Reach 1:  creek from storm sewer outfall to May Street

        Reach 2:  creek from May Street to Joy Road

        Reach 3:  creek from Joy Road to Route 59

        Reach 4:  creek from Route 59 to the confluence with the River

        Reach 5C:  river from confluence to Mack Road

        Reach 5D:  river from Mack Road to River Oaks subdivision

        Reach 5E:  river from River Oaks subdivision to Williams Road

        Reach 6:  river from Williams Road to Butterfield Road

        Reach 7:  river from Butterfield Road to Warrenville Dam

        Reach 8:  river from Warrenville Dam to McDowell Dam

Cleanup work at the site began in the summer of 2005.  During 2005, Kerr-McGee completed cleanup work in Reaches 1 and 2 of the creek, including cleanup in the residential neighborhood located closest to the source of the contamination and having the highest concentration of contamination at the site.  During 2006, cleanup work was completed in Reaches 3 and 4 of the creek, as well as in the river portion of the Kerr-McGee Sewage Treatment Plant Site (a related NPL site).  In 2007, cleanup work was completed in Reaches 5C, 5D, and most of 5E.  In the summer of 2008, work was completed in Reach 5E and all of Reach 6. 

Work was scheduled to resume in late April 2009 on Reach 7 of the river cleanup.  In January 2009, Tronox (formerly Kerr-McGee) filed for Chapter 11 bankruptcy and ceased work on the site.  EPA immediately began attempting to negotiate a settlement of environmental claims with Tronox that would fund the cleanup of Reaches 7 and 8 of the KC/WBDR site.  In May 2010, an interim agreement was reached with Tronox that provided funding to complete the Reach 7 cleanup in the summer of 2010.  That work was completed in November 2010.

Subsequently, on February 14, 2011, a bankruptcy settlement agreement was reached with Tronox that provided for the creation of the West Chicago Environmental Response Trust, with Weston serving as Trustee.  The West Chicago Trust will be responsible for completing the cleanup of the KC/WBDR site along with other remaining Tronox liabilities in West Chicago.  The Trust will be funded through legally required DOE reimbursements at the rate of 55.2% of site cleanup costs going forward.  The timing of cleanup will be dependant on Congressional appropriation of these DOE funds for reimbursement.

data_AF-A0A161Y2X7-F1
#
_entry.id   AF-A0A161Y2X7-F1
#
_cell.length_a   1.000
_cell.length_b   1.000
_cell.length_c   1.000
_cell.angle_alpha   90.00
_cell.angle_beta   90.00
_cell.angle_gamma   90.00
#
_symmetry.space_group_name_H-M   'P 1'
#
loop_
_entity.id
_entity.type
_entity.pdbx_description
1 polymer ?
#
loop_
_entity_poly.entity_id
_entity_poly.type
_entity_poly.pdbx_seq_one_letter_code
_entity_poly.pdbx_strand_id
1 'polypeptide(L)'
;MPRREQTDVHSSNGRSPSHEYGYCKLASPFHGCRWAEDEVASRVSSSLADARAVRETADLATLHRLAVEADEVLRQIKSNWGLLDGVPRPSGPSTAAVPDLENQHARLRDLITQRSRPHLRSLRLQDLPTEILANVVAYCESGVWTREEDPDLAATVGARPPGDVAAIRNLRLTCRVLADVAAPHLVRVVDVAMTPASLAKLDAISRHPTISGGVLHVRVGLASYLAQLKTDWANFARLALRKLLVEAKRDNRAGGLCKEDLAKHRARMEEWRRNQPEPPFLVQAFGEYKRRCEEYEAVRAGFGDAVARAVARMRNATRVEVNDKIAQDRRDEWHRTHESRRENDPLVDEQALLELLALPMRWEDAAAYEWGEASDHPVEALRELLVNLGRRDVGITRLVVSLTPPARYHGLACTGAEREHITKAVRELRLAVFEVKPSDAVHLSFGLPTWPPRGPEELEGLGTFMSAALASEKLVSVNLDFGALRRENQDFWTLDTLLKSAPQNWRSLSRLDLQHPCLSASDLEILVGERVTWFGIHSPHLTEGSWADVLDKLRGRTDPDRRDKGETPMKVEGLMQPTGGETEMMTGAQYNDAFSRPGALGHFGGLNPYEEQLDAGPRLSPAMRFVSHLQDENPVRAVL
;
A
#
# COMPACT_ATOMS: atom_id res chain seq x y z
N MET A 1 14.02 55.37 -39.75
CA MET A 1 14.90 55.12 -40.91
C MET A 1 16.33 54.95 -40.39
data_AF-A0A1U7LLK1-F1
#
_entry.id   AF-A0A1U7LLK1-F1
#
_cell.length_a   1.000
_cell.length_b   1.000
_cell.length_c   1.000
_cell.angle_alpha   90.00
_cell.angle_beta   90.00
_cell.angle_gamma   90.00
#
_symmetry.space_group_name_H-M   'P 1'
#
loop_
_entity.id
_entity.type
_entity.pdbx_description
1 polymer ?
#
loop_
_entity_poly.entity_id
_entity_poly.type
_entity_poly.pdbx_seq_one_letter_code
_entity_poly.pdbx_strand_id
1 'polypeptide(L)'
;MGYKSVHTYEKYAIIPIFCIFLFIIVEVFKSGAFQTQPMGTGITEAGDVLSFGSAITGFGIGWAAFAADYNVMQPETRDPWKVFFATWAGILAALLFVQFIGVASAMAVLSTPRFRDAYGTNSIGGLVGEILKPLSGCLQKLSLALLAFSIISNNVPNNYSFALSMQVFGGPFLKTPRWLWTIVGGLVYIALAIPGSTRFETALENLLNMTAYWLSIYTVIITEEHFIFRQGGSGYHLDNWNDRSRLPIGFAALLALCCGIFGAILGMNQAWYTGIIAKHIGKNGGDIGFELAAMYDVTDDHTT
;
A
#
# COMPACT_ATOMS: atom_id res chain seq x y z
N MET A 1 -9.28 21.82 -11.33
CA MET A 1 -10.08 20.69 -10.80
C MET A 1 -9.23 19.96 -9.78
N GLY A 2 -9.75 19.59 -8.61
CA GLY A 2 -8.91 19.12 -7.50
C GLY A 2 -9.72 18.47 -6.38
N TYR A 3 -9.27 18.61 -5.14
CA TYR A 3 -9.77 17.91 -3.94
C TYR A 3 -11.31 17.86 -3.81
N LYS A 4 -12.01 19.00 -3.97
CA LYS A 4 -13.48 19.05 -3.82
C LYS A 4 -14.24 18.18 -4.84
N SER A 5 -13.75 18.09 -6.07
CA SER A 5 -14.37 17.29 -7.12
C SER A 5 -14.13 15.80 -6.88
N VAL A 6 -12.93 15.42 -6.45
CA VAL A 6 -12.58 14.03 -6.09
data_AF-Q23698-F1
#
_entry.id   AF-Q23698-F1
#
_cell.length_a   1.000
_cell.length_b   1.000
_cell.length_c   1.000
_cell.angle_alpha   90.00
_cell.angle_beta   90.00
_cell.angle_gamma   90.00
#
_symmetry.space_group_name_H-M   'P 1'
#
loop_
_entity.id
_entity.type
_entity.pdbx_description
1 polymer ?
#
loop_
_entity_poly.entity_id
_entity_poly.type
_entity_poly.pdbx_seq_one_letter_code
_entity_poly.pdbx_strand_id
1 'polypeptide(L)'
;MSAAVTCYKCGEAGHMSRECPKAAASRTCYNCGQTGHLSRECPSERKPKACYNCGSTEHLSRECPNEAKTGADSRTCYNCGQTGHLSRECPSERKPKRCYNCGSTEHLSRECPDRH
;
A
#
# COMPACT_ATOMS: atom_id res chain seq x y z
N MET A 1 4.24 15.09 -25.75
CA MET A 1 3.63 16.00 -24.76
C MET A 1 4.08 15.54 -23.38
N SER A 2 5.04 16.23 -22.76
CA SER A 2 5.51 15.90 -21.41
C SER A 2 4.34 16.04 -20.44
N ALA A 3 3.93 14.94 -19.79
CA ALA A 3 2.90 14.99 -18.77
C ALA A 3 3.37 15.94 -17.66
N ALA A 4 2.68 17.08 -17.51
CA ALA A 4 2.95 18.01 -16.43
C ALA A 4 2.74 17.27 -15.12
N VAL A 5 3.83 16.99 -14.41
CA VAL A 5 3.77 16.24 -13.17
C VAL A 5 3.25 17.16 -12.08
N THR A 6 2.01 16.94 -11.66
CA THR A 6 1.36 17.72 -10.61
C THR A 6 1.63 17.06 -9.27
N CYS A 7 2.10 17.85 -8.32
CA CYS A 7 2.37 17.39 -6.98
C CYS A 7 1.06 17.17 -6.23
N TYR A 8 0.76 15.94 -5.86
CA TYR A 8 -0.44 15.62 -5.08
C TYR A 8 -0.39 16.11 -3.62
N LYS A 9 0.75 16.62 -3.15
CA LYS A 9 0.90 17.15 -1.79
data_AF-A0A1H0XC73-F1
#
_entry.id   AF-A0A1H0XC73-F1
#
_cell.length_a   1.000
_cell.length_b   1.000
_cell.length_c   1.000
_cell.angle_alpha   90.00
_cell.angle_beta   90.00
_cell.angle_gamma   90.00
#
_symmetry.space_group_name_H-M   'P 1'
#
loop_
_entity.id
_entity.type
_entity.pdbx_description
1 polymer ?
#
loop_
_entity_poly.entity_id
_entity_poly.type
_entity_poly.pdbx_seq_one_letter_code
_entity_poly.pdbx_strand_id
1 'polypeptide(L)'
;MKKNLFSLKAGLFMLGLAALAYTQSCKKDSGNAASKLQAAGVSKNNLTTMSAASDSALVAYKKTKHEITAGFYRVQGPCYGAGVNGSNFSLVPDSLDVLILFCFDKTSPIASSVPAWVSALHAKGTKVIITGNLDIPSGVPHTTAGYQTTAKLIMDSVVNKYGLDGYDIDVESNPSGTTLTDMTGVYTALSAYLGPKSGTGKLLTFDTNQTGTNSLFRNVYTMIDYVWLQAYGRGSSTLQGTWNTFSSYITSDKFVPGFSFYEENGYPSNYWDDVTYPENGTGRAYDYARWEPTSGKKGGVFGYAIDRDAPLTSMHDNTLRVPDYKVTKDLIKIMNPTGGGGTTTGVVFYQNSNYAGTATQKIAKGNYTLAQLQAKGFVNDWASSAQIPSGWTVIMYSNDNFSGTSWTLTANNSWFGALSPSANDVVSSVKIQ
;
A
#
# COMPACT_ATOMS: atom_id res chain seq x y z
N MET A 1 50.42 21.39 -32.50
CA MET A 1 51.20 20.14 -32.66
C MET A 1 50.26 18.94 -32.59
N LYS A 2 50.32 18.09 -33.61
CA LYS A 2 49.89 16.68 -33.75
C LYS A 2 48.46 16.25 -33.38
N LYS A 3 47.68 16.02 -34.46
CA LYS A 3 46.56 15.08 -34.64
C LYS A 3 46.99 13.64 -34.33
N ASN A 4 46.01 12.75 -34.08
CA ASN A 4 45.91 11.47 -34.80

The cleanup of Reach 8A was initiated in July 2011 and was completed in early November 2011.  A total of 8,000 cubic yards of contaminated material was removed from Reach 8A.

There are three areas requiring cleanup to complete the Kress Creek site.  These three areas are the Bower Elementary School area in Reach 8A, Reach 8B and the Route 59 overpass over Kress Creek.  Current plans call for remediating the area around the school and Reach 8B in the summer of 2012, with Route 59 following in 2013.  EPA is attempting to accelerate the cleanup to complete all work in 2012, and a decision on funding should come soon.  Site completion is currently scheduled for the summer of 2013.

The cleanup work to date has been conducted by Tronox and its contractors under the oversight of U.S. EPA, the State of Illinois, and the local communities.  Cleanup work will continue in this manner under the West Chicago Environmental Response Trust. 

Community Involvement

The local community has been very involved in site issues for more than a decade. The Thorium Action Group (TAG) is a very active and vocal community group that has fought hard for the removal of the thorium materials from the West Chicago and DuPage County area.  EPA participates in regular meetings of the West Chicago Intergovernmental Forum, which includes representatives of state and federal regulatory agencies, local community representatives, members of TAG, the PRP, and other interested stakeholders.

In addition, the local community entities (including West Chicago, Warrenville, DuPage County, the DuPage County Forest Preserve District and the West Chicago Park District) entered into a separate consent decree with Kerr-McGee regarding the cleanup of the site, and have retained a technical representative who is conducting daily oversight of the cleanup on behalf of the local communities.

The West Chicago Intergovernmental Forum meets every other month to provide updates to the local communities and regulatory authorities on the progress of the cleanup work. 

Many letters have been sent to the EPA Administrator in support of funding for this project, including letters from the US Senate, House of Representatives, Illinois House of Representatives, City of West Chicago, City of Warrenville, DuPage County, and the DuPage County Forest Preserve District.

Congressional Interest

Many letters have been sent to the EPA Administrator in support of funding for this project, including letters from the US Senate, House of Representatives, Illinois House of Representatives, City of West Chicago, City of Warrenville, DuPage County, and the DuPage County Forest Preserve District.

Property Reuse

Land use along the creek and river is primarily a mixture of residential and forest preserve properties.  Future land use is expected to remain the same.


Remedial Project Manager, U.S. EPA
david seely (seely.david@epa.gov)
(312) 886-7058

Community Involvement Coordinator, U.S. EPA
janet pope
(312) 353-0628




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This profile provides you with information on EPA's cleanup progress at this Superfund site.